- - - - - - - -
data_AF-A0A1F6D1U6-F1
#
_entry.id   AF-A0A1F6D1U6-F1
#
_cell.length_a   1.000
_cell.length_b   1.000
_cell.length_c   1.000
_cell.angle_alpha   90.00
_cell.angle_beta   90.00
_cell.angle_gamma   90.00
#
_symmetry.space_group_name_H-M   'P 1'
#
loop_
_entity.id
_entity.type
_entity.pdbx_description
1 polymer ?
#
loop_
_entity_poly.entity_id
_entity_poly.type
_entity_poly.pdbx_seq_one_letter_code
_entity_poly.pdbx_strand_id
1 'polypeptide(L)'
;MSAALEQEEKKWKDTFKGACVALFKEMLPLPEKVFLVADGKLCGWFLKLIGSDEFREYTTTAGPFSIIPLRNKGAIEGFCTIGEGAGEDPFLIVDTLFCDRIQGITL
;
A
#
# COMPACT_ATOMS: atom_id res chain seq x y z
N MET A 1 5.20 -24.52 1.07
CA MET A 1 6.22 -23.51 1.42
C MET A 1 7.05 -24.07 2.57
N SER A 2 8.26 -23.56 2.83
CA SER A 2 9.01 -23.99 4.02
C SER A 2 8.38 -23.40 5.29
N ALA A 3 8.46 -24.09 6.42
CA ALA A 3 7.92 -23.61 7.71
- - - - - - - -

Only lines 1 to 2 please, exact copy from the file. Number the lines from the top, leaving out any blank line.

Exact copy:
data_AF-A0A1F6D1U6-F1
#